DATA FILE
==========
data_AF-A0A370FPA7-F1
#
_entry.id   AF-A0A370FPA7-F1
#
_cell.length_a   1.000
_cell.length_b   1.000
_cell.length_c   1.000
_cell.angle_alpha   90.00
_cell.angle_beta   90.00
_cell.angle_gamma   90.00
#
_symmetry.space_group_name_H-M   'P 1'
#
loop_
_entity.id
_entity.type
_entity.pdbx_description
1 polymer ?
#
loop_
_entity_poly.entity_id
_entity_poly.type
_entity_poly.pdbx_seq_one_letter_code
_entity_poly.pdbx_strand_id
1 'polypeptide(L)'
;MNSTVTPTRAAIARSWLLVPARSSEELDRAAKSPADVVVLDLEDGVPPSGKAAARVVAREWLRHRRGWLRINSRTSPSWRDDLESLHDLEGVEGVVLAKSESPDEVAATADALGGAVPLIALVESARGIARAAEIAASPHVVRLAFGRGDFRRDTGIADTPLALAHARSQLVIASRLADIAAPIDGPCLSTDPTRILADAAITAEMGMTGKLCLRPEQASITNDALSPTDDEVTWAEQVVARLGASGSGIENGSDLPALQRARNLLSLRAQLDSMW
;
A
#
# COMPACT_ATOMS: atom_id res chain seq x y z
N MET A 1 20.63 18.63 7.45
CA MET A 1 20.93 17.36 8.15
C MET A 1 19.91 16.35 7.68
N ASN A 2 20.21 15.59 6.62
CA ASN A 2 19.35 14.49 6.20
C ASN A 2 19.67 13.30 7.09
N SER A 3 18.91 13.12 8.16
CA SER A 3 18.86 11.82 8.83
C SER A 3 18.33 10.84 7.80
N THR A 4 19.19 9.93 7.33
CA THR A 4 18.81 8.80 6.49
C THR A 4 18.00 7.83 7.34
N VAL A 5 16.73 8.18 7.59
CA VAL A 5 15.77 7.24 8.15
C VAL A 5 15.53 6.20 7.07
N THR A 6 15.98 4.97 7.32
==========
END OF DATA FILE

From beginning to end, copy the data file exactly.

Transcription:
data_AF-A0A370FPA7-F1
#
_entry.id   AF-A0A370FPA7-F1
#
_cell.length_a   1.000
_cell.length_b   1.000
_cell.length_c   1.000
_cell.angle_alpha   90.00
_cell.angle_beta   90.00
_cell.angle_gamma   90.00
#
_symmetry.space_group_name_H-M   'P 1'
#
loop_
_entity.id
_entity.type
_entity.pdbx_description
1 polymer ?
#
loop_
_entity_poly.entity_id
_entity_poly.type
_entity_poly.pdbx_seq_one_letter_code
_entity_poly.pdbx_strand_id
1 'polypeptide(L)'
;MNSTVTPTRAAIARSWLLVPARSSEELDRAAKSPADVVVLDLEDGVPPSGKAAARVVAREWLRHRRGWLRINSRTSPSWRDDLESLHDLEGVEGVVLAKSESPDEVAATADALGGAVPLIALVESARGIARAAEIAASPHVVRLAFGRGDFRRDTGIADTPLALAHARSQLVIASRLADIAAPIDGPCLSTDPTRILADAAITAEMGMTGKLCLRPEQASITNDALSPTDDEVTWAEQVVARLGASGSGIENGSDLPALQRARNLLSLRAQLDSMW
;
A
#
# COMPACT_ATOMS: atom_id res chain seq x y z
N MET A 1 20.63 18.63 7.45
CA MET A 1 20.93 17.36 8.15
C MET A 1 19.91 16.35 7.68
N ASN A 2 20.21 15.59 6.62
CA ASN A 2 19.35 14.49 6.20
C ASN A 2 19.67 13.30 7.09
N SER A 3 18.91 13.12 8.16
CA SER A 3 18.86 11.82 8.83
C SER A 3 18.33 10.84 7.80
N THR A 4 19.19 9.93 7.33
CA THR A 4 18.81 8.80 6.49
C THR A 4 18.00 7.83 7.34
N VAL A 5 16.73 8.18 7.59
CA VAL A 5 15.77 7.24 8.15
C VAL A 5 15.53 6.20 7.07
N THR A 6 15.98 4.97 7.32